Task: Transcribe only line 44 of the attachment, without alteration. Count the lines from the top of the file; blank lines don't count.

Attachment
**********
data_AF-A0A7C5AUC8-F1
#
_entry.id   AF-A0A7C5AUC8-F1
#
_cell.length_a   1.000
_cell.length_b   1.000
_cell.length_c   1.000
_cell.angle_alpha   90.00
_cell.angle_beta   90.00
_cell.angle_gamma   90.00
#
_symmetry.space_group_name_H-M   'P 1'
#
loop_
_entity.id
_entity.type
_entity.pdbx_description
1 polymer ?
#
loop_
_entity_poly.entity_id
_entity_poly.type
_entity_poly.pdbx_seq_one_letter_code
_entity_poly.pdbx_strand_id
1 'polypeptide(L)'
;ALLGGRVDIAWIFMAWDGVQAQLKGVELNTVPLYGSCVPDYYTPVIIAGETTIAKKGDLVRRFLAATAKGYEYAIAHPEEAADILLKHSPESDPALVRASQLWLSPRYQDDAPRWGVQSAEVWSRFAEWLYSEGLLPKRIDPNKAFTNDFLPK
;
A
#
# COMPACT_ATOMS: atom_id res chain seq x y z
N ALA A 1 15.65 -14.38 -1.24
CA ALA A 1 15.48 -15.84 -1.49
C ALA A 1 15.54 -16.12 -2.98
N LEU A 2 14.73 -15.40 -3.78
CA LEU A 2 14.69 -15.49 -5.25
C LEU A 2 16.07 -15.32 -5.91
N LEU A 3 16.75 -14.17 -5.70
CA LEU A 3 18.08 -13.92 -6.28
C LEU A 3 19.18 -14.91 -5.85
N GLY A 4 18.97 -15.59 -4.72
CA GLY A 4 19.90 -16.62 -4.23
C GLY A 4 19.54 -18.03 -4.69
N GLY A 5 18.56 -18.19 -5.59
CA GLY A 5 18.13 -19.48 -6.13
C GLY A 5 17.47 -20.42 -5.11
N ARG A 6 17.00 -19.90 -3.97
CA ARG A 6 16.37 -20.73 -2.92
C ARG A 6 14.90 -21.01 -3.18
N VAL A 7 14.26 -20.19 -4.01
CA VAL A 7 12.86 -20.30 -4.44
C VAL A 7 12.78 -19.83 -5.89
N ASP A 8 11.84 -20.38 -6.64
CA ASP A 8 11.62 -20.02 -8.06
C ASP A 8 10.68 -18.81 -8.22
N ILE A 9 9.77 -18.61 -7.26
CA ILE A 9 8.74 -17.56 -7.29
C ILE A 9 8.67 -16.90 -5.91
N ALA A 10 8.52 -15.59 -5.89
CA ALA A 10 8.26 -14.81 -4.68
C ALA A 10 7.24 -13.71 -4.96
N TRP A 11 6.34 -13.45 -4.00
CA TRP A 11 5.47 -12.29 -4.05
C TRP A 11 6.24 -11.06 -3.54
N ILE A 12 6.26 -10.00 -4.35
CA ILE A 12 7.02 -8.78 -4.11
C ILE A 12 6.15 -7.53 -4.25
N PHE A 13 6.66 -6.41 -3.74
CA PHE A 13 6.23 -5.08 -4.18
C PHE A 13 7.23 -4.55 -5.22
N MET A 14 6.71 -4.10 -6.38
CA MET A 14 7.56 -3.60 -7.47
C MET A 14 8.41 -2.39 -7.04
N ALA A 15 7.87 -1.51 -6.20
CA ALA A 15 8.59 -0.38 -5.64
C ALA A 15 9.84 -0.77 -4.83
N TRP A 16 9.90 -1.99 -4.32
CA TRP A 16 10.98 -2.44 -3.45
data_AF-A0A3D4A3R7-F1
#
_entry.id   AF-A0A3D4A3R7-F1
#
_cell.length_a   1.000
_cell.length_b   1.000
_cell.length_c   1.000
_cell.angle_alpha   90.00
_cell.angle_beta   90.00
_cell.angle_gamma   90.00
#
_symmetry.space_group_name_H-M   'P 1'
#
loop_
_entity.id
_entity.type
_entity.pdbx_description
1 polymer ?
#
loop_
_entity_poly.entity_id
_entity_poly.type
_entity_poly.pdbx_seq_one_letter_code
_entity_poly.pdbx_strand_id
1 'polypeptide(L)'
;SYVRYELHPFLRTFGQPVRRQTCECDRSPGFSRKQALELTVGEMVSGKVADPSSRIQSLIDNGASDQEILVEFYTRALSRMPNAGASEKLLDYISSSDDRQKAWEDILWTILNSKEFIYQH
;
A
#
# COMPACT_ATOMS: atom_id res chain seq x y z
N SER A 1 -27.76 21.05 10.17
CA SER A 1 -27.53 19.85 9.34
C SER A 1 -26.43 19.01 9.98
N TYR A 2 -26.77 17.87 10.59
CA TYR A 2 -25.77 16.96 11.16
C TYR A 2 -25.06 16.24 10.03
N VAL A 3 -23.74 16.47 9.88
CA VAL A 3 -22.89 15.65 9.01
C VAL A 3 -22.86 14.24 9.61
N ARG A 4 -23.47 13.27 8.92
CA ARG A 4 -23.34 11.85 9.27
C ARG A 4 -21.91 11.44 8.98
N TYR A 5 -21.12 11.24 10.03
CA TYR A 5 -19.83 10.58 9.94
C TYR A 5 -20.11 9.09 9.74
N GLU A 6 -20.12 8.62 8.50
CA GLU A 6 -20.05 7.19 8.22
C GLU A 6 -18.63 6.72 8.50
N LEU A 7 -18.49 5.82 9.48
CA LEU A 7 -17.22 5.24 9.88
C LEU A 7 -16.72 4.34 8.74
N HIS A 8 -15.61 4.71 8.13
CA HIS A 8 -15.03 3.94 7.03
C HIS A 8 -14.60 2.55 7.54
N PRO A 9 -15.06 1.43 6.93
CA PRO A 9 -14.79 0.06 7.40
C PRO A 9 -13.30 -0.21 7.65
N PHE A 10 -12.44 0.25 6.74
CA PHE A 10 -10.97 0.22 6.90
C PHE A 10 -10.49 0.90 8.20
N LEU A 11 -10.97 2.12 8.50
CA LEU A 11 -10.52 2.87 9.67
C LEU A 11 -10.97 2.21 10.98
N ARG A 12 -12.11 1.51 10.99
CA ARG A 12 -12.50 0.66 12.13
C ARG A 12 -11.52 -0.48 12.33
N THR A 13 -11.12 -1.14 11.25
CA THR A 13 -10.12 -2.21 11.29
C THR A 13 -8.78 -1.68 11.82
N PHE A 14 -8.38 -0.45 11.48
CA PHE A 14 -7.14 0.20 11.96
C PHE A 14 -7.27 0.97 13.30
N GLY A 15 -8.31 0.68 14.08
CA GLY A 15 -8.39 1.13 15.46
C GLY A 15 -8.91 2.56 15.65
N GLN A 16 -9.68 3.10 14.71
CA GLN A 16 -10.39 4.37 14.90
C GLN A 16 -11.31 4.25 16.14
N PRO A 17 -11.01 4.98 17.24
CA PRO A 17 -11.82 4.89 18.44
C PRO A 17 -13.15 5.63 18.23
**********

CA GLY A 5 18.13 -19.48 -6.13